Newbie - nikon d3200 help

M18mpaM18mpa Posts: 5Member
edited December 2014 in Nikon DSLR cameras
Hi guys I bought a nikon d3200 whilst travelling around and this evening I was trying to take pictures from a skyscraper of the city and it's lights but the pictures were terrible. Please could someone recommend the best settings? Also I'm heading Vegas and the Grand Canyon in a few days - what would be the best settings again for the images whilst in the park. Thanks Marc

Comments

  • Golf007sdGolf007sd Posts: 2,840Moderator
    edited December 2014
    For night shots you need a tripod, a fast aperture lens (i.e. a 35 1.8G...not sure what lens you have) and then you setup your camera in Aperture Priority Mode or go Full-Manual @ about f/8.0 then you adjust your shutter speed to whatever it needs. I would keep your ISO setting to about 400-600.

    Shooting at night require some practice. Moreover, you will have a challanging time getting nice sharp clean images shooting hand-holding...hence, the need for a tripod.

    Lastly, spend some time understanding Shutter Speed, Aperture Setting and ISO. Those setting on your camera that have funny picture of seen setting are IMHO a joke.

    Welcome to NRF by the way.
    Post edited by Golf007sd on
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  • M18mpaM18mpa Posts: 5Member
    Thanks I've got the standard 18-55mm and 55-300mm f/4.5-5.6G VR Lens. Was tempted to get a tripod but it's difficult to fit in my bag. I'll try the settings thank you
  • heartyfisherheartyfisher Posts: 3,176Member
    I like the scene mode settings.. :-) I would try them as a newbie as they are good generic setting for specific cases. The aim is to learn from them( try not to depend on them too much!). See what the aperture and shutter speed and ISO was used and use that as a base for your manual settings and a start for your tweaking. Once you get frustrated with manual settings .. the scene modes and the P mode may give you some relief from your frustrations :-).
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    Being a photographer is a lot like being a Christian: Some people look at you funny but do not see the amazing beauty all around them - heartyfisher.

  • bald_eaglebald_eagle Posts: 98Member
    edited December 2014
    Hi Marc,
    Firstly, welcome to NRF ;)

    As Golf007sd said, for night time cityscape photography you will definitely need a tripod - (or at the very least rest the camera on something solid and enable the self-timer or exposure delay mode so any wobble from pressing the shutter button won't affect the picture).. Oh, and if using a tripod, don't forget to turn VR off

    As I haven't seen your pictures, I'm only guessing as to why they were "terrible".. It could be that you've used a fully auto mode (which would enable auto ISO, too), in which case the camera will try and "lighten" the image as much as possible - and so would set the ISO very high and most likely a slow shutter speed so the resulting images would be noisy and a bit blurry (from camera shake)..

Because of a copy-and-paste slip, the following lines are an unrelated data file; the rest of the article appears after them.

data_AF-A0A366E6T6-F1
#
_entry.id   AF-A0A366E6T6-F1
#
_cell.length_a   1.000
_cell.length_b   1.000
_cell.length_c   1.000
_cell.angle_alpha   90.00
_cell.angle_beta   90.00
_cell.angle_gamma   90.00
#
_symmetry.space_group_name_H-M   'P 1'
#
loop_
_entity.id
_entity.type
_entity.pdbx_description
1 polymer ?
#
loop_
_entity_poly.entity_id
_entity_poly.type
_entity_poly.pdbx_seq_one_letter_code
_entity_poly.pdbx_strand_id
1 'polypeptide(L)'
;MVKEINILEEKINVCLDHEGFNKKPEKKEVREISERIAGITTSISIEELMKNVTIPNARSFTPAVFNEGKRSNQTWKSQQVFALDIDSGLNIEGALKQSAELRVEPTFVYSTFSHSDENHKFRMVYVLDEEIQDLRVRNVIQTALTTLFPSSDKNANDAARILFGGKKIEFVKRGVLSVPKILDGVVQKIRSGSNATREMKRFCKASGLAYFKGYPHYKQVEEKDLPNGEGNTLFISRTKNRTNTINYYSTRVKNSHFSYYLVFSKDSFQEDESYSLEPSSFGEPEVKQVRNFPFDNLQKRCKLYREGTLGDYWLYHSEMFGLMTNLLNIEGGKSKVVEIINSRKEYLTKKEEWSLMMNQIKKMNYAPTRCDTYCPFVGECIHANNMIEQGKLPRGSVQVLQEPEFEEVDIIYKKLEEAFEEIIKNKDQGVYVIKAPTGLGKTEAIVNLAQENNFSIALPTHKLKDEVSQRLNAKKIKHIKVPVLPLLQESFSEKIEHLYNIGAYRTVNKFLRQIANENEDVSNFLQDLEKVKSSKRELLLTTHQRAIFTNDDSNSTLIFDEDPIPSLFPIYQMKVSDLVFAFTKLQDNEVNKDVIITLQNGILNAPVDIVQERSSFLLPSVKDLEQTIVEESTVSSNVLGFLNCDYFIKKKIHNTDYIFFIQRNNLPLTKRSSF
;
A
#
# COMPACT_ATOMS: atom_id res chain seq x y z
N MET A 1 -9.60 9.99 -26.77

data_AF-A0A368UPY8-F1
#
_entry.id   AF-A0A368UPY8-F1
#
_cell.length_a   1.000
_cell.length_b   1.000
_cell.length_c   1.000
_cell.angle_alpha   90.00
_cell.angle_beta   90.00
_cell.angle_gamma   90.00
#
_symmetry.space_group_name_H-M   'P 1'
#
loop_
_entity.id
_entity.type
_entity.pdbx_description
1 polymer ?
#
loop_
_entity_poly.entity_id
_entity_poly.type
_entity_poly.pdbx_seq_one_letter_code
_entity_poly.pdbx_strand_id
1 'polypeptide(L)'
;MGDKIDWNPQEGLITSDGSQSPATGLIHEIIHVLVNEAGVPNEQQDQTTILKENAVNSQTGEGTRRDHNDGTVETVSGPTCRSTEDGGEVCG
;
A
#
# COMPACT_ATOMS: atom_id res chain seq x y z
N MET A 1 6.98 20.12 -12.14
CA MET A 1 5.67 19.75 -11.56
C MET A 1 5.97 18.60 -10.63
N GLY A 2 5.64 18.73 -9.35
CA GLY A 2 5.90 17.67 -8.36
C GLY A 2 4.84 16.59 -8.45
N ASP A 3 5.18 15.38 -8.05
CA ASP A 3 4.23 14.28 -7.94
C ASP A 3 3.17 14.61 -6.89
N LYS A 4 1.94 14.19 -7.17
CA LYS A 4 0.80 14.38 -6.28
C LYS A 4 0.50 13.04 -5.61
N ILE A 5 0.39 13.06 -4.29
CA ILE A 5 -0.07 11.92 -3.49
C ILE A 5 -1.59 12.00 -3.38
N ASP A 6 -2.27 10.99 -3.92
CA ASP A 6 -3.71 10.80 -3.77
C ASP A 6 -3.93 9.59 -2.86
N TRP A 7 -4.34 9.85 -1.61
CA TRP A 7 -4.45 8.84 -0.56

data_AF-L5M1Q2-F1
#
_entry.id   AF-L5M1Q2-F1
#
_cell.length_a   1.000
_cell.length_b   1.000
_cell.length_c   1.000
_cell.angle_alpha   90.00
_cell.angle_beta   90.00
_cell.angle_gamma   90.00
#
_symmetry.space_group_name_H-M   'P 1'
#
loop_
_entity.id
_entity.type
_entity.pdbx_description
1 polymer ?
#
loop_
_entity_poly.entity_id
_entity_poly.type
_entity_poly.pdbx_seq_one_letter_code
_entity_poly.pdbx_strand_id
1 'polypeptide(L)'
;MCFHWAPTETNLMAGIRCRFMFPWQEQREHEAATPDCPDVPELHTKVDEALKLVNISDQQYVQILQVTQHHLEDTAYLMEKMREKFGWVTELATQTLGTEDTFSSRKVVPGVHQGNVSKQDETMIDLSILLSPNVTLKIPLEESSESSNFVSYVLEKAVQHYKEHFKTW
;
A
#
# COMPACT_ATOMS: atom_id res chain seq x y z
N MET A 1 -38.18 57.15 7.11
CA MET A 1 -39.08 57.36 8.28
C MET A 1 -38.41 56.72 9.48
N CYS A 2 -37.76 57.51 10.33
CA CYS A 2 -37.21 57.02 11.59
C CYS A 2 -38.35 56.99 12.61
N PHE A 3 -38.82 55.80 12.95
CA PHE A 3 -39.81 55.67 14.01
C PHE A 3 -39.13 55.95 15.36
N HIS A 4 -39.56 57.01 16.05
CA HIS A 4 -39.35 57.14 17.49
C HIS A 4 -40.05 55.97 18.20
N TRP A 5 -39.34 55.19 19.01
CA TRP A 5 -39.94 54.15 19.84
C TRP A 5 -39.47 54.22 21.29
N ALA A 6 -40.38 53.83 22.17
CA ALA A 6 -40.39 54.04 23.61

I do think manual mode is better, but if using Aperture Priority you might need to dial in a bit of exposure compensation (-1 or maybe even -2) to keep the sky dark..

    For ISO make sure that Auto ISO is turned off and if you're using a tripod, set it to it's lowest (I think that's 200 on your camera). Only increase it if you need a faster shutter speed (e.g. to stop something which is moving in the frame from blurring too much, or if your exposure would require more than 30 seconds..)

    As for aperture, well, if you're using the 18mm end of your 18-55 lens, at its widest aperture (f3.5) everything from about 4-5 metres to infinity would be reasonably sharp, but the lens will probably produce overall sharper images around f5.6-f8, so I'd probably start at f8 and then adjust the shutter speed (or exposure compensation if your in Aperture priority) to get the exposure I want.

    Cheers,
    Baldy ;)
    Post edited by bald_eagle on
  • MsmotoMsmoto Posts: 5,396Moderator
    edited December 2014
    Well, no tripod here:
    Atlanta, Dusk

    But, wide lens, supporting with the glass, elbows, high ISO, several exposures, the results will work. D4, 16-35mmf/4 VR at 16mm, f/4, 1/15 sec, ISO 9000. I think the wide lens is one of the secrets so as to allow slow shutter speeds.
    Post edited by Msmoto on
    Msmoto, mod
  • zlikovski035zlikovski035 Posts: 6Member
    I have D3200, and a small table tripod Manfrotto PIXI - 25$. You can set it on a wall or on the ground. Keep iso as low as possible (100 ISO) because D3200 is not the best option for high ISO shots.
    Nikon D3200, 18-55kit; 55-200 kit; 50 1.8G; Sig 35 1.4
  • PistnbrokePistnbroke Posts: 2,005Member
    edited December 2014
    The figures to keep in your mind are iso 100 f8 and 1 second ..thats for standard street scenes and skylines . so if you go to 400 iso you reduce to 1/4 second ...if you went to F4 then 1/15th at 400 iso etc etc which puts you in hand held land even if you brace against a rail or lamppost. In the old days I carried a small plastic G clamp thing with a ball head on it and clamped it to anything handy..jaws opened up to about 2 1/2 inches ..If you are a jpeg shooter try your sharpness adjuster at +3 +6 and +9 and see if that improves your images ( applies to all images not just night shots)
    Post edited by Pistnbroke on
  • PhotobugPhotobug Posts: 4,775Member
    Thanks I've got the standard 18-55mm and 55-300mm f/4.5-5.6G VR Lens. Was tempted to get a tripod but it's difficult to fit in my bag. I'll try the settings thank you
    Welcome. You did the right thing...you DO NOT WANT a TRIPOD that fits in a bag. Those inexpensive models have legs that are not stable. As people said above, you need a tripod for night photography.
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